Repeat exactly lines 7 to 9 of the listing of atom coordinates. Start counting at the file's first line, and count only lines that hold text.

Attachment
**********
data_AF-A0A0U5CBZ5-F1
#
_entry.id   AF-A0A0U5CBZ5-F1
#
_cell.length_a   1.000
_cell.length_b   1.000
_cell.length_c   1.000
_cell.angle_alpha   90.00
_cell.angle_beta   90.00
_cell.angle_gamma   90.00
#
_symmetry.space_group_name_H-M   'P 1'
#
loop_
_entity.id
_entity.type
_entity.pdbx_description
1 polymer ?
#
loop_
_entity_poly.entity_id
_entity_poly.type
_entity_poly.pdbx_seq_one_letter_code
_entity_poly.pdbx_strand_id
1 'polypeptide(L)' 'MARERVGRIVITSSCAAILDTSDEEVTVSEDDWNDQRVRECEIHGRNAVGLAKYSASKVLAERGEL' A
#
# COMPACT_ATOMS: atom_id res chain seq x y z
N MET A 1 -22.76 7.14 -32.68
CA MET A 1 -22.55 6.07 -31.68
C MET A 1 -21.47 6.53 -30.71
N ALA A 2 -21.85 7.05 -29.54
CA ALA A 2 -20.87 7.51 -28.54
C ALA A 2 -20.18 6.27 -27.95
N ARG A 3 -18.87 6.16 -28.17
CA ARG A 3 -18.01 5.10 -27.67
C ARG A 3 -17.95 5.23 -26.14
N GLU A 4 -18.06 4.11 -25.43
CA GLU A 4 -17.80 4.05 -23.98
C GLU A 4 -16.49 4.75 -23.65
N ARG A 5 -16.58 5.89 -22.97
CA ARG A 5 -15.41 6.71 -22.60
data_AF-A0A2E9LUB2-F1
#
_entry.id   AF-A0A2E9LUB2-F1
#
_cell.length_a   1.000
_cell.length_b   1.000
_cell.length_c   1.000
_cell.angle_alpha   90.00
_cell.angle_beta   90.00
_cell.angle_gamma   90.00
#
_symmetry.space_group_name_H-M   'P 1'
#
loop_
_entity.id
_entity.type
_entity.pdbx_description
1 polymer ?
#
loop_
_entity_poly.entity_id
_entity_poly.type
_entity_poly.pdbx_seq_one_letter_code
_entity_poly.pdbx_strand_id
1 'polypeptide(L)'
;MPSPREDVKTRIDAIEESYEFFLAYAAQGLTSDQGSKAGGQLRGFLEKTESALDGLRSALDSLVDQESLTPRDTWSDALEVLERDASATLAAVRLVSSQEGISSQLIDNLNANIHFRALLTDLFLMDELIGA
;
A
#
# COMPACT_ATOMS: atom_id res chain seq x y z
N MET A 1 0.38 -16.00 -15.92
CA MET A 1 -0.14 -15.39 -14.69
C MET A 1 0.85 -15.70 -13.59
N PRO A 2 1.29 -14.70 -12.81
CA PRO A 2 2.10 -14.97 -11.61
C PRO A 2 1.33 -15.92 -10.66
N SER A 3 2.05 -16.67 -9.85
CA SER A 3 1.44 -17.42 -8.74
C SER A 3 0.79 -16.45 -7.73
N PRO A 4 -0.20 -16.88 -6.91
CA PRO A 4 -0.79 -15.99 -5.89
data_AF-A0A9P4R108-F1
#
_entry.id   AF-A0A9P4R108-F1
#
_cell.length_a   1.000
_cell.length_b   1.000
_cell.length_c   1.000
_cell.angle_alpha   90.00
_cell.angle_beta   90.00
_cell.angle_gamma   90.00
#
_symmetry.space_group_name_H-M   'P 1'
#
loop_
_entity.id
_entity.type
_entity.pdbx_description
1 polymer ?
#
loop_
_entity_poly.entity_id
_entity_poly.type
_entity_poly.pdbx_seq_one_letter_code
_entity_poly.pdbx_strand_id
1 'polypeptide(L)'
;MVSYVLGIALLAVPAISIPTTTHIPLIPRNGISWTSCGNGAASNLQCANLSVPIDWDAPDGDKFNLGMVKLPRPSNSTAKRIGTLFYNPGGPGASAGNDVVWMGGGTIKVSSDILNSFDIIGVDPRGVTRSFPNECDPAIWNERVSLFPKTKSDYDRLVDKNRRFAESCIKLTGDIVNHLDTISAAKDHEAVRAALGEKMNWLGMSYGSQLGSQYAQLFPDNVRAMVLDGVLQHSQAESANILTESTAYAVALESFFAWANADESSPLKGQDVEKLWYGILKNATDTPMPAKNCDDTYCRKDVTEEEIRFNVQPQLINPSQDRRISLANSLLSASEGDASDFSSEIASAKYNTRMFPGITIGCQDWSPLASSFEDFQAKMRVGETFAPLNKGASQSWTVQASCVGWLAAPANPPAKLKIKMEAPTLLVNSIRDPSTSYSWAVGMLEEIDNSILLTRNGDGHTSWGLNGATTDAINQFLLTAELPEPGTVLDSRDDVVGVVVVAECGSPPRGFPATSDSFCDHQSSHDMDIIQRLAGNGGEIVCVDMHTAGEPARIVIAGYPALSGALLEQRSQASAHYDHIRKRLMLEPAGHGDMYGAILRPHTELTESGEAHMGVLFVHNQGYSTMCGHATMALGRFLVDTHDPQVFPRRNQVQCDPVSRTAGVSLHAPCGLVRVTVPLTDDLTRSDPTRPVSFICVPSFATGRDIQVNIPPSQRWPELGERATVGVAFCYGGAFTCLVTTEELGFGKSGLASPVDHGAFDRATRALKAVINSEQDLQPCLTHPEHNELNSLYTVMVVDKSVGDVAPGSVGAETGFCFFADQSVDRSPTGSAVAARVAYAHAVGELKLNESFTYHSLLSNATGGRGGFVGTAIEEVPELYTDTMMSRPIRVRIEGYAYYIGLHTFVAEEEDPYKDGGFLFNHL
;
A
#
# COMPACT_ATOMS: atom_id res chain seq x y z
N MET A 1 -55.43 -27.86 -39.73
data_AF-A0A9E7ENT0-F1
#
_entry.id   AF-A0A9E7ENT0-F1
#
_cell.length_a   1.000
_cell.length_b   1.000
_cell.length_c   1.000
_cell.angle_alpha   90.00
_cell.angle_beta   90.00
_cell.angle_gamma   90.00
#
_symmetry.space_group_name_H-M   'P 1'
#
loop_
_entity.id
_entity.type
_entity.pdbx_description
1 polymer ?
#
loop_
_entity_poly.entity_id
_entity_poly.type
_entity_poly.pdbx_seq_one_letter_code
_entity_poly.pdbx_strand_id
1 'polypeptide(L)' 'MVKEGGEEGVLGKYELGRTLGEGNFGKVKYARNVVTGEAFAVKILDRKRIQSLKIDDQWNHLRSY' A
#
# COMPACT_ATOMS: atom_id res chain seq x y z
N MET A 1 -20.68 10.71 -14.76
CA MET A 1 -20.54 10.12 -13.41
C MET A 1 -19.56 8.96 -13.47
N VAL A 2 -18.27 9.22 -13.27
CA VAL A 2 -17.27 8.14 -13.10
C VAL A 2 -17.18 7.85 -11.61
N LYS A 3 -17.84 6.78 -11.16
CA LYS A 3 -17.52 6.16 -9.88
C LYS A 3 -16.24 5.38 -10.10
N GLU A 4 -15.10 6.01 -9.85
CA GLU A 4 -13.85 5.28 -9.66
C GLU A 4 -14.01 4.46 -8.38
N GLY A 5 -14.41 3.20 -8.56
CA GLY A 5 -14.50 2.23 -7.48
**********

_cell.length_c   1.000
_cell.angle_alpha   90.00
_cell.angle_beta   90.00